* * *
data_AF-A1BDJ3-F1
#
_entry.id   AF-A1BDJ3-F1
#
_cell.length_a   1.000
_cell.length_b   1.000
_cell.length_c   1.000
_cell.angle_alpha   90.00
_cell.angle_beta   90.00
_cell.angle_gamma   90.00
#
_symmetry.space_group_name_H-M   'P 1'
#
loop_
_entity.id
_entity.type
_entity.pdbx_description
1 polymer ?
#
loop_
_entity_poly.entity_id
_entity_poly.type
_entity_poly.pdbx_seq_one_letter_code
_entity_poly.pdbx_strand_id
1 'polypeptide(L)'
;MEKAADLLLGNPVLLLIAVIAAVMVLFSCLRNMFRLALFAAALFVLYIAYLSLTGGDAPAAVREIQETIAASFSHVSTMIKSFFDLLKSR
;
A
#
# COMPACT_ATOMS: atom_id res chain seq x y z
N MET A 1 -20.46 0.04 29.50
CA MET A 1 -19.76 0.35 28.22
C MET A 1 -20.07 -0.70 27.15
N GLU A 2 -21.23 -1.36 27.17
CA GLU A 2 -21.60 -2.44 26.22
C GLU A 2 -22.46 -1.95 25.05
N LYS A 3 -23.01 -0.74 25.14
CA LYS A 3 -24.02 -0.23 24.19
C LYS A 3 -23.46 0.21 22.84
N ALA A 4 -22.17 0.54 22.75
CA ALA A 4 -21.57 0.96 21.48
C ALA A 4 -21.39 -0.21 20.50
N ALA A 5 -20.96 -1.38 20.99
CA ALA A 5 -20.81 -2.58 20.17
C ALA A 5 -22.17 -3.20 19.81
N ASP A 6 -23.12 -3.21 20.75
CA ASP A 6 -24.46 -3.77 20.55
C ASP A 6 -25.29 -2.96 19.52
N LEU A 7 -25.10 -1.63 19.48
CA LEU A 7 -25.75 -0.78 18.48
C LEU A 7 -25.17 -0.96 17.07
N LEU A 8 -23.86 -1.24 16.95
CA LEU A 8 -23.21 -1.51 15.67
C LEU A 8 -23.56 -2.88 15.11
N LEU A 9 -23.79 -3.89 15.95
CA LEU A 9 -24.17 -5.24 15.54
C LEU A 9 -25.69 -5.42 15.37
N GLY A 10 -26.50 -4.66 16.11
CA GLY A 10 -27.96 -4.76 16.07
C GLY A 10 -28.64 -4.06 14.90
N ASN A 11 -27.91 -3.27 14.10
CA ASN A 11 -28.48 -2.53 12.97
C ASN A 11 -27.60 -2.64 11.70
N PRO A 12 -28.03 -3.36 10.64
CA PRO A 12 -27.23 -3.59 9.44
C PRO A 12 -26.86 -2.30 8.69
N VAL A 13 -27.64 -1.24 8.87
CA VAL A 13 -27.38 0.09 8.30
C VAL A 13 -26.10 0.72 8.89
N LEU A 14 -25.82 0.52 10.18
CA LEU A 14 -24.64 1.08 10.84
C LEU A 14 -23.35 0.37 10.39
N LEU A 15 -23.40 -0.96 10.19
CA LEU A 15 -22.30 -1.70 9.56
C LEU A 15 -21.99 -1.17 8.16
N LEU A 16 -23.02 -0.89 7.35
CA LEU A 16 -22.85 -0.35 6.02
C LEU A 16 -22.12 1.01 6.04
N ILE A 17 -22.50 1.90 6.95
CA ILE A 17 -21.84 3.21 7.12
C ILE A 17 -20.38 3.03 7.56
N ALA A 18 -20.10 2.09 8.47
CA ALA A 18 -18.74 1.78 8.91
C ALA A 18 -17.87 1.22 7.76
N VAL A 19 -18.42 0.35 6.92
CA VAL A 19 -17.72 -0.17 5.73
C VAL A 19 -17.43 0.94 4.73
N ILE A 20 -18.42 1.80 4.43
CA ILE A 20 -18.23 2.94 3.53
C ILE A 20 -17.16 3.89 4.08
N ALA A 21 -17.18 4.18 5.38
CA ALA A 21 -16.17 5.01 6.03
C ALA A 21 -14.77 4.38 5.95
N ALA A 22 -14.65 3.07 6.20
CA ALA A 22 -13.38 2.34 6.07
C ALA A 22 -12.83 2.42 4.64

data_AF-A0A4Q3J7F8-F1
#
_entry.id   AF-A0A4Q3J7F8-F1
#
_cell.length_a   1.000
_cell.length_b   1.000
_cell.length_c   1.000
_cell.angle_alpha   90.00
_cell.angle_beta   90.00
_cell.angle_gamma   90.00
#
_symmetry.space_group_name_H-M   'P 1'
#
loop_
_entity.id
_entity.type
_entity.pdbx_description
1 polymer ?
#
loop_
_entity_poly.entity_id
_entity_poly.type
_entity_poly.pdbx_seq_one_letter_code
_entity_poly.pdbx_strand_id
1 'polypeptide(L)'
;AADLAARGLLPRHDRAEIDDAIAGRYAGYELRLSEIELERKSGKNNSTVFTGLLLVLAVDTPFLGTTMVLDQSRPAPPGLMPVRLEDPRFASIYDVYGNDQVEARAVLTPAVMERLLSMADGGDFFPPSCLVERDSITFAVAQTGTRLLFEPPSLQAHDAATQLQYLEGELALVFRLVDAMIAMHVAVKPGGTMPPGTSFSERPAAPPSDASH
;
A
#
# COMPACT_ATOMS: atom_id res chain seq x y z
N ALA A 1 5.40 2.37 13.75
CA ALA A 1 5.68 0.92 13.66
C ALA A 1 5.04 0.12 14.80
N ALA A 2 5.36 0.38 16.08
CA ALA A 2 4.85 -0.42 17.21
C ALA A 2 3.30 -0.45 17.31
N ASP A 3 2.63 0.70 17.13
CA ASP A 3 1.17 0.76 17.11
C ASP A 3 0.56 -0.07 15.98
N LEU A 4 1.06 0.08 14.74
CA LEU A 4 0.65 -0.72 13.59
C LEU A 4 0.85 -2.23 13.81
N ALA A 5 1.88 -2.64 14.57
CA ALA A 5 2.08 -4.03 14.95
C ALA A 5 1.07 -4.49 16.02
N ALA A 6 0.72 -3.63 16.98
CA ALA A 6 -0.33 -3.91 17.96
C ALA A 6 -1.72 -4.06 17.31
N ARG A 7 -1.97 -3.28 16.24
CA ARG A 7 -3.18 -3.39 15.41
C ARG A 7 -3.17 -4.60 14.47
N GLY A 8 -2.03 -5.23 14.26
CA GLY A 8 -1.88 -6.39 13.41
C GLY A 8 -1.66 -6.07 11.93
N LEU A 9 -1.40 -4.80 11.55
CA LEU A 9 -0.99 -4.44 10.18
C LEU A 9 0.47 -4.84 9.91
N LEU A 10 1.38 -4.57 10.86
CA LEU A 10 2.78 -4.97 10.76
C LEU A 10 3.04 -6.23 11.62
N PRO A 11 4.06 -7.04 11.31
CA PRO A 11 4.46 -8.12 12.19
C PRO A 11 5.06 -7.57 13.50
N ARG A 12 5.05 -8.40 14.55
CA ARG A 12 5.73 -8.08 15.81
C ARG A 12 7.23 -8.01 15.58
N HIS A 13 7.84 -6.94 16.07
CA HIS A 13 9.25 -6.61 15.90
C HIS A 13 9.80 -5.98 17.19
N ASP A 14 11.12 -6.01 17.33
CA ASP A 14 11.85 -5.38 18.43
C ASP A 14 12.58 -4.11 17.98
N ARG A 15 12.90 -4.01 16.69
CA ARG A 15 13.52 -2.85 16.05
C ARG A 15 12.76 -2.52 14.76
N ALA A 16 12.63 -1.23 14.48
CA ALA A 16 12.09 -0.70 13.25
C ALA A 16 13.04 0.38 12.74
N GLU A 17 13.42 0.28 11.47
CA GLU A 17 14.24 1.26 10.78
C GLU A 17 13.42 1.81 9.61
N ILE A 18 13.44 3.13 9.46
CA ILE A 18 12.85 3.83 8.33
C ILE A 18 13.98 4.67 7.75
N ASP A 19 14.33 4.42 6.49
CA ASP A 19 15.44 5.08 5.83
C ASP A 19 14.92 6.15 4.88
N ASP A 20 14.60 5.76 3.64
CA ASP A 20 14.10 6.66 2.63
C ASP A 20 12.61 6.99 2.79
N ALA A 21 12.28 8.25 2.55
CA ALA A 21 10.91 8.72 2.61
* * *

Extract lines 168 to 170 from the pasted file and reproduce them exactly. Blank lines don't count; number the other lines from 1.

C ASP A 14 12.58 -4.11 17.98
N ARG A 15 12.90 -4.01 16.69
CA ARG A 15 13.52 -2.85 16.05